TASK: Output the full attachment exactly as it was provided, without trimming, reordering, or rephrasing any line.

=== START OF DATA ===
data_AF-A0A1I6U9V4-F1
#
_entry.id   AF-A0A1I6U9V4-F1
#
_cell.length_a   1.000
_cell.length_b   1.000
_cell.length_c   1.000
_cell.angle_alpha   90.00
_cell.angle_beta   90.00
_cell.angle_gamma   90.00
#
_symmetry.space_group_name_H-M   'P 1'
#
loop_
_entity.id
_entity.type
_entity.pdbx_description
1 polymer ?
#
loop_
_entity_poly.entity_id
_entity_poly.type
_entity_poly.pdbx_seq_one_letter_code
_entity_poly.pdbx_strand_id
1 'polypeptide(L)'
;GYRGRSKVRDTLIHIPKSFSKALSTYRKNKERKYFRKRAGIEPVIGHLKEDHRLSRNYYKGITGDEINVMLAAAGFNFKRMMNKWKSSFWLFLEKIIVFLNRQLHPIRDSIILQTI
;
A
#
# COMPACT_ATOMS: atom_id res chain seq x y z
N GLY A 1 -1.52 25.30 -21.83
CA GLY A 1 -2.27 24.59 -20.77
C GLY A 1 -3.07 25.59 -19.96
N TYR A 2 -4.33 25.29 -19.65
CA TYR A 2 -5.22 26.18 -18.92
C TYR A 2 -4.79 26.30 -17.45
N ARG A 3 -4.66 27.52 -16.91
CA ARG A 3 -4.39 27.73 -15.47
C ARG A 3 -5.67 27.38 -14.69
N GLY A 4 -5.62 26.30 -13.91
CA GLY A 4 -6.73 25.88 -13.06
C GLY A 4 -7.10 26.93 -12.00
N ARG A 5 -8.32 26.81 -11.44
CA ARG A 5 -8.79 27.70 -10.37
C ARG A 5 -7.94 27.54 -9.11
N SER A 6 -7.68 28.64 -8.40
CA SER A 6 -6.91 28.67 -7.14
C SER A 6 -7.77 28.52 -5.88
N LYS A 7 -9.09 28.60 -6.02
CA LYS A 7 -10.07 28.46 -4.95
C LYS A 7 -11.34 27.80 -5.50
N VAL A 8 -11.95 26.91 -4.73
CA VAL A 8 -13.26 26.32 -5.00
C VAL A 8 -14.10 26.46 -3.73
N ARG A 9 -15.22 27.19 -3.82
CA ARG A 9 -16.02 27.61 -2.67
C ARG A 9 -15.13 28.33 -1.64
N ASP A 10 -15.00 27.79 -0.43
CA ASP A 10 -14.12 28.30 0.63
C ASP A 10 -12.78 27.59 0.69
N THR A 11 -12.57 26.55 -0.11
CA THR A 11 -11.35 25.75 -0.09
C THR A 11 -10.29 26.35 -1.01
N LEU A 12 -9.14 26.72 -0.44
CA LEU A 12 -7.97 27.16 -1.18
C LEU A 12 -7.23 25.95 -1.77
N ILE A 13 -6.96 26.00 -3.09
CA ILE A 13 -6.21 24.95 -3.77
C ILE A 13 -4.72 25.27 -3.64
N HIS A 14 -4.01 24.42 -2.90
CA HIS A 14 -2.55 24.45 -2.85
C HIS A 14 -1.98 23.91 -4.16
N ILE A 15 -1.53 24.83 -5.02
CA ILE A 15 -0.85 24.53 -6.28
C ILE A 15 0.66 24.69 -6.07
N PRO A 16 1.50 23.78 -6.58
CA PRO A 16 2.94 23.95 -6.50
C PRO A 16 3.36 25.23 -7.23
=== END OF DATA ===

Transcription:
data_AF-A0A1I6U9V4-F1
#
_entry.id   AF-A0A1I6U9V4-F1
#
_cell.length_a   1.000
_cell.length_b   1.000
_cell.length_c   1.000
_cell.angle_alpha   90.00
_cell.angle_beta   90.00
_cell.angle_gamma   90.00
#
_symmetry.space_group_name_H-M   'P 1'
#
loop_
_entity.id
_entity.type
_entity.pdbx_description
1 polymer ?
#
loop_
_entity_poly.entity_id
_entity_poly.type
_entity_poly.pdbx_seq_one_letter_code
_entity_poly.pdbx_strand_id
1 'polypeptide(L)'
;GYRGRSKVRDTLIHIPKSFSKALSTYRKNKERKYFRKRAGIEPVIGHLKEDHRLSRNYYKGITGDEINVMLAAAGFNFKRMMNKWKSSFWLFLEKIIVFLNRQLHPIRDSIILQTI
;
A
#
# COMPACT_ATOMS: atom_id res chain seq x y z
N GLY A 1 -1.52 25.30 -21.83
CA GLY A 1 -2.27 24.59 -20.77
C GLY A 1 -3.07 25.59 -19.96
N TYR A 2 -4.33 25.29 -19.65
CA TYR A 2 -5.22 26.18 -18.92
C TYR A 2 -4.79 26.30 -17.45
N ARG A 3 -4.66 27.52 -16.91
CA ARG A 3 -4.39 27.73 -15.47
C ARG A 3 -5.67 27.38 -14.69
N GLY A 4 -5.62 26.30 -13.91
CA GLY A 4 -6.73 25.88 -13.06
C GLY A 4 -7.10 26.93 -12.00
N ARG A 5 -8.32 26.81 -11.44
CA ARG A 5 -8.79 27.70 -10.37
C ARG A 5 -7.94 27.54 -9.11
N SER A 6 -7.68 28.64 -8.40
CA SER A 6 -6.91 28.67 -7.14
C SER A 6 -7.77 28.52 -5.88
N LYS A 7 -9.09 28.60 -6.02
CA LYS A 7 -10.07 28.46 -4.95
C LYS A 7 -11.34 27.80 -5.50
N VAL A 8 -11.95 26.91 -4.73
CA VAL A 8 -13.26 26.32 -5.00
C VAL A 8 -14.10 26.46 -3.73
N ARG A 9 -15.22 27.19 -3.82
CA ARG A 9 -16.02 27.61 -2.67
C ARG A 9 -15.13 28.33 -1.64
N ASP A 10 -15.00 27.79 -0.43
CA ASP A 10 -14.12 28.30 0.63
C ASP A 10 -12.78 27.59 0.69
N THR A 11 -12.57 26.55 -0.11
CA THR A 11 -11.35 25.75 -0.09
C THR A 11 -10.29 26.35 -1.01
N LEU A 12 -9.14 26.72 -0.44
CA LEU A 12 -7.97 27.16 -1.18
C LEU A 12 -7.23 25.95 -1.77
N ILE A 13 -6.96 26.00 -3.09
CA ILE A 13 -6.21 24.95 -3.77
C ILE A 13 -4.72 25.27 -3.64
N HIS A 14 -4.01 24.42 -2.90
CA HIS A 14 -2.55 24.45 -2.85
C HIS A 14 -1.98 23.91 -4.16
N ILE A 15 -1.53 24.83 -5.02
CA ILE A 15 -0.85 24.53 -6.28
C ILE A 15 0.66 24.69 -6.07
N PRO A 16 1.50 23.78 -6.58
CA PRO A 16 2.94 23.95 -6.50
C PRO A 16 3.36 25.23 -7.23